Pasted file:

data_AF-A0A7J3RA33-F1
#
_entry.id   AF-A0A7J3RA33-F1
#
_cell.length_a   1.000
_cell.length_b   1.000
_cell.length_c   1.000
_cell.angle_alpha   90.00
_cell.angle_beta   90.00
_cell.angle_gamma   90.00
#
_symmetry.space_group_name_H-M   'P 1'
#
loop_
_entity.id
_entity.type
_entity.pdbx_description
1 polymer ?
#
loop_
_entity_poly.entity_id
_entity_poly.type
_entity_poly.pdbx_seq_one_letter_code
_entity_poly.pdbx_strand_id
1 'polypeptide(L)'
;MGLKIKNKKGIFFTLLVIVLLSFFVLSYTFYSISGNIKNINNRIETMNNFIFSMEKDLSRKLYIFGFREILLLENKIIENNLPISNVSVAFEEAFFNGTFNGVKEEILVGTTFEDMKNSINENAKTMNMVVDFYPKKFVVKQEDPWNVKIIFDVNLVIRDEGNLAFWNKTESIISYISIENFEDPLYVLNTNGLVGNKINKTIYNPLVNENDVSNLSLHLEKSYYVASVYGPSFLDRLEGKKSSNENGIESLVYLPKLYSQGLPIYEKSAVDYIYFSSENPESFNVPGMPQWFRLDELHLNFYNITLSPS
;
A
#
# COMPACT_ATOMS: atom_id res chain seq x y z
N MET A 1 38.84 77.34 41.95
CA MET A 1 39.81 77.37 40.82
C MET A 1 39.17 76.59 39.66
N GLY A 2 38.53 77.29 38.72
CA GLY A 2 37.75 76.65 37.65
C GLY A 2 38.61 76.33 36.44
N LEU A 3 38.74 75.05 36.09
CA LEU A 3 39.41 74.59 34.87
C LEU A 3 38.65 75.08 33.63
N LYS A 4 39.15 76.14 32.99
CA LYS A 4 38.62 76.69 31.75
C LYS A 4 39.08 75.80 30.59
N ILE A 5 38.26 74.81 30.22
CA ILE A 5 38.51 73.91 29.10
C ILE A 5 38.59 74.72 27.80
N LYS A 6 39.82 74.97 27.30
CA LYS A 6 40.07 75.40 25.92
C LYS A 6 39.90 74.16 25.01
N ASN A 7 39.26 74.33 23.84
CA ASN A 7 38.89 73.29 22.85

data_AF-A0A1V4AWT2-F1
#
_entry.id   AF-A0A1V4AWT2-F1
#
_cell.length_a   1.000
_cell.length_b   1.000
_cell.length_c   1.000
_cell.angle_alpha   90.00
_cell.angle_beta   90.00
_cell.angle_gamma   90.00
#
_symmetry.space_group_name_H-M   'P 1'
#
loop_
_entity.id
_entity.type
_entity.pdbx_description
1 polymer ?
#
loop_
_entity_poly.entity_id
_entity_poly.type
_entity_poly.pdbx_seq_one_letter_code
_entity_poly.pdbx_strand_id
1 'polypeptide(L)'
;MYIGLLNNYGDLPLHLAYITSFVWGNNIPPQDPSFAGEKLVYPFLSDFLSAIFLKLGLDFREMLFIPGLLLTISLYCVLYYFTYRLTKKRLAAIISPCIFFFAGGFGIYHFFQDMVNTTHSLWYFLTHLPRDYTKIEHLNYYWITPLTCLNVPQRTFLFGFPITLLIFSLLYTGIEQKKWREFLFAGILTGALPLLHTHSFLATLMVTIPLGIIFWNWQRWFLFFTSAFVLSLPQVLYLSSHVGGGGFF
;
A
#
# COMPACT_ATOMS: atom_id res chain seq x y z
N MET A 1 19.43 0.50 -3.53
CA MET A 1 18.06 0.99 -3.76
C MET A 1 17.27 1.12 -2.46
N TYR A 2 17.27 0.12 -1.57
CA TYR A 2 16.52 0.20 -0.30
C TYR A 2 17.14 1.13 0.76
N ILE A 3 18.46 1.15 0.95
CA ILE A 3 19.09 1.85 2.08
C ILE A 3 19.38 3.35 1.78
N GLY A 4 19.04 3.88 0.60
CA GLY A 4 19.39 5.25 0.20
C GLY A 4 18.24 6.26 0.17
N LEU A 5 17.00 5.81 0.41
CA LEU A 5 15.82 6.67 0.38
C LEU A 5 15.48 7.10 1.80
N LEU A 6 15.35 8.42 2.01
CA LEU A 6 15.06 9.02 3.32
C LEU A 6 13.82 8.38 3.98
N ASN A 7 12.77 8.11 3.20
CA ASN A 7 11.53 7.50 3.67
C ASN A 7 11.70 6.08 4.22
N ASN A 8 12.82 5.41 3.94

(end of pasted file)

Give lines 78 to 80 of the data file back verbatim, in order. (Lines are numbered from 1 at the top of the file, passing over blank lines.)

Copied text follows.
A
#
# COMPACT_ATOMS: atom_id res chain seq x y z